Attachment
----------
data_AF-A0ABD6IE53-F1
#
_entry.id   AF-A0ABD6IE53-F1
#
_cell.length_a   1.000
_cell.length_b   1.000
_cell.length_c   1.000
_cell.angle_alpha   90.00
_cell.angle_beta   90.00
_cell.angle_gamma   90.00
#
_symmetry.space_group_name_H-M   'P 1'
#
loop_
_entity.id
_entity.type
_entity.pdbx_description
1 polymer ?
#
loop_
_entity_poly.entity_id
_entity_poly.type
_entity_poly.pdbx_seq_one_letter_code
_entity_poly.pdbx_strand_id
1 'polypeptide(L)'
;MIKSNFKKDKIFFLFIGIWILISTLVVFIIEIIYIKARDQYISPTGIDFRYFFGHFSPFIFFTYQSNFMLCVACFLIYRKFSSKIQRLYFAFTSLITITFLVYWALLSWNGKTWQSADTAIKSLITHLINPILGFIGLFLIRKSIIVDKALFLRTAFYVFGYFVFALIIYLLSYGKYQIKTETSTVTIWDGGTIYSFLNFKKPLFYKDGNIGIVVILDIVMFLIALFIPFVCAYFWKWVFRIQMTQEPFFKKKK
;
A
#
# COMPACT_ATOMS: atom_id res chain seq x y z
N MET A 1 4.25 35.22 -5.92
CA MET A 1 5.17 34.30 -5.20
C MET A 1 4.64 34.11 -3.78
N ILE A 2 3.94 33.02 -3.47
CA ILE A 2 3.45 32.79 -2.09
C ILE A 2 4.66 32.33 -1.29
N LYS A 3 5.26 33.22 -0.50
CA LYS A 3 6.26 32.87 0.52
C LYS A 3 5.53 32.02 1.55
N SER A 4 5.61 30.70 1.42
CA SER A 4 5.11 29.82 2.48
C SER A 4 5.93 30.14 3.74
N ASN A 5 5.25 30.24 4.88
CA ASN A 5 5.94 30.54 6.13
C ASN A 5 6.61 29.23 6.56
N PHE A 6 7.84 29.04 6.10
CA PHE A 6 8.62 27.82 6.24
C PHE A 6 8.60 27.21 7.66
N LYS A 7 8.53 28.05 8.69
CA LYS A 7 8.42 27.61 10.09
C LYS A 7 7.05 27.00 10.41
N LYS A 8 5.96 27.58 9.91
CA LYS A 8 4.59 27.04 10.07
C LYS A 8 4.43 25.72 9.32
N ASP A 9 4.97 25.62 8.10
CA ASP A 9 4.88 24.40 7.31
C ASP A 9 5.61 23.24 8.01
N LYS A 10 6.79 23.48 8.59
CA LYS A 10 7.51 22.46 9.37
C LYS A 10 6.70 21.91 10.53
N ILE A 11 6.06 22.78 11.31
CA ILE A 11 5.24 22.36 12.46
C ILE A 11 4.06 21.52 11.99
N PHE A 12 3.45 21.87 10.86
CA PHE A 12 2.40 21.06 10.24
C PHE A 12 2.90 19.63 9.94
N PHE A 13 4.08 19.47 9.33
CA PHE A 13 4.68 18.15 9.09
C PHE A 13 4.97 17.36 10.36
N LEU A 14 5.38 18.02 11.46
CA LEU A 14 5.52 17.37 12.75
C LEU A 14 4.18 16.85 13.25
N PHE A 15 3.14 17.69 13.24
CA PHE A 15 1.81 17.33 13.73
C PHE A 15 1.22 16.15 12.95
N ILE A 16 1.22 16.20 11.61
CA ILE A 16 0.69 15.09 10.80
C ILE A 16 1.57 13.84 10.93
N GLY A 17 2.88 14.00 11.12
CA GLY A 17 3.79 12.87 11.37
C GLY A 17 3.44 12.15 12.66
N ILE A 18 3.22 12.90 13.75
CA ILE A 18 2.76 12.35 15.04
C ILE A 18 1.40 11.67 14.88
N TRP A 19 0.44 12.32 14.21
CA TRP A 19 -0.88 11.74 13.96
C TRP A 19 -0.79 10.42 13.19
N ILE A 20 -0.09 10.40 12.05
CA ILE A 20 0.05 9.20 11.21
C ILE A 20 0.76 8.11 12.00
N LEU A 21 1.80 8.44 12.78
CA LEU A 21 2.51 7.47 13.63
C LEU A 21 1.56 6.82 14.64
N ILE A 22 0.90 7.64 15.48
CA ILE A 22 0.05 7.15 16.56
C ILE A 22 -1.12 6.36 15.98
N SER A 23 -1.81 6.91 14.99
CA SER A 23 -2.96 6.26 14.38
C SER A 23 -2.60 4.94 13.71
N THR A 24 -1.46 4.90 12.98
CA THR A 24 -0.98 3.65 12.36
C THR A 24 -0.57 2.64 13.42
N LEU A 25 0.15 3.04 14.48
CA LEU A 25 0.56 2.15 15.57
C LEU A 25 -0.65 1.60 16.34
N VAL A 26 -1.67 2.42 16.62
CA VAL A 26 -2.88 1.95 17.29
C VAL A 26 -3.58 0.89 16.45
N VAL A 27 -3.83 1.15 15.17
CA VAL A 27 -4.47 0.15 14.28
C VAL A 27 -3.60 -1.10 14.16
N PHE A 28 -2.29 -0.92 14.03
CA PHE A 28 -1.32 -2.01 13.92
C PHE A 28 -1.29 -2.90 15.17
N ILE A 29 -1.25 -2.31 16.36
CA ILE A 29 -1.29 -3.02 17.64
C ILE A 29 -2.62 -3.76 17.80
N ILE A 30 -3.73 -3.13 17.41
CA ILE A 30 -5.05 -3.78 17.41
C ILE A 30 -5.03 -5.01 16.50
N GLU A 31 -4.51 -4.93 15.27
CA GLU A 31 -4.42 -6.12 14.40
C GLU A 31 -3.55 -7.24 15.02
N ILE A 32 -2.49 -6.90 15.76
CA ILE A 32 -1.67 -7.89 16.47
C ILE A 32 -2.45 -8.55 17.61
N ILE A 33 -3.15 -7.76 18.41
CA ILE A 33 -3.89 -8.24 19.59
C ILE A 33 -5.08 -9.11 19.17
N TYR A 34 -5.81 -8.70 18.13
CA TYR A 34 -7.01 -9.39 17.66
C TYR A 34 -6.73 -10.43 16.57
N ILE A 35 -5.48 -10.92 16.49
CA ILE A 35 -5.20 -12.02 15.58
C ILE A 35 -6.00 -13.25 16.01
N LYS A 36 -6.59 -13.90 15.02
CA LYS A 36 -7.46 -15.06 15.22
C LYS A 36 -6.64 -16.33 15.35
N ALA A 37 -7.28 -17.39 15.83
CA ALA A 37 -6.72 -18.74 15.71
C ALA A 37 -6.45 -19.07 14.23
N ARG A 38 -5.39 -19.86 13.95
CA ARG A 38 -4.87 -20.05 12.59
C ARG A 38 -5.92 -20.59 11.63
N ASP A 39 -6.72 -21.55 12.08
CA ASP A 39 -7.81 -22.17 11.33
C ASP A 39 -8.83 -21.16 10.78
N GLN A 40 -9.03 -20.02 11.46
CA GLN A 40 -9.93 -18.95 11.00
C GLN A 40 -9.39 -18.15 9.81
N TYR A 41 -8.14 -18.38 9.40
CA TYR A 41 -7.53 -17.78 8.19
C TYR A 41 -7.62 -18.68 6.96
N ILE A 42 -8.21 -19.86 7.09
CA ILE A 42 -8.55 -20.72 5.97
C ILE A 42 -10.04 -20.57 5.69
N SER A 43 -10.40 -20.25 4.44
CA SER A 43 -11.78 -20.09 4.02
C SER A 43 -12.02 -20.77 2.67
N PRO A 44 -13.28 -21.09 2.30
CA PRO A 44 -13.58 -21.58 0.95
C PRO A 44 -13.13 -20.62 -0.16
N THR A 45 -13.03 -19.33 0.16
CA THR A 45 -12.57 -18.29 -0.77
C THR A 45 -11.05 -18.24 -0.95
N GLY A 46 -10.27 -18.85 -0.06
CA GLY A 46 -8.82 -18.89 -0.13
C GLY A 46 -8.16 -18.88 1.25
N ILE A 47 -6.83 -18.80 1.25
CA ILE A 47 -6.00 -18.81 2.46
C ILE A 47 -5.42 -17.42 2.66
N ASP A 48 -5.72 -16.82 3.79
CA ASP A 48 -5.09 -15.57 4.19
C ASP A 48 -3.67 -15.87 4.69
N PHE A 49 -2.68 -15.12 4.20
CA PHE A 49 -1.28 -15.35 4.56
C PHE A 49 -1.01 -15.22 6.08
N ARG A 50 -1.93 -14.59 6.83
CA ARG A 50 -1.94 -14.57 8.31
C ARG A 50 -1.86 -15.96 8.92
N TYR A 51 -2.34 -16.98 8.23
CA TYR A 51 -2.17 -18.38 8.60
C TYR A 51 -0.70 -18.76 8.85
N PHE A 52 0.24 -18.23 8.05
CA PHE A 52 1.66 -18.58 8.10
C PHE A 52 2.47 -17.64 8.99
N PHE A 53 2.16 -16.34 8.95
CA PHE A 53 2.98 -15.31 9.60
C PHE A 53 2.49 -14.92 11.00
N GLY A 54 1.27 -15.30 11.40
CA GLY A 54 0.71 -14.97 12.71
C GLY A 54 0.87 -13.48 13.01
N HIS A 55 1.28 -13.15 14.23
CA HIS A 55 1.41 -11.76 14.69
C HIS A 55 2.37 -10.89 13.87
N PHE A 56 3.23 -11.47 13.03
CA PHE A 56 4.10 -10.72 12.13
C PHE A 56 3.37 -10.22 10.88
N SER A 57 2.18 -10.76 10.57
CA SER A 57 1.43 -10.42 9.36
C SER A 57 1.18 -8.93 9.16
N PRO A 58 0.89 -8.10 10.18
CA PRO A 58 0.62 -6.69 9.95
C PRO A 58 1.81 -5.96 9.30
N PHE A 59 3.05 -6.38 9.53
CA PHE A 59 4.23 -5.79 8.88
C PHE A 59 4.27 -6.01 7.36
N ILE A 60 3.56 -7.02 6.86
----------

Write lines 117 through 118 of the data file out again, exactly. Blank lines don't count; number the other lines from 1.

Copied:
C ILE A 29 -2.62 -3.76 17.80
N ILE A 30 -3.73 -3.13 17.41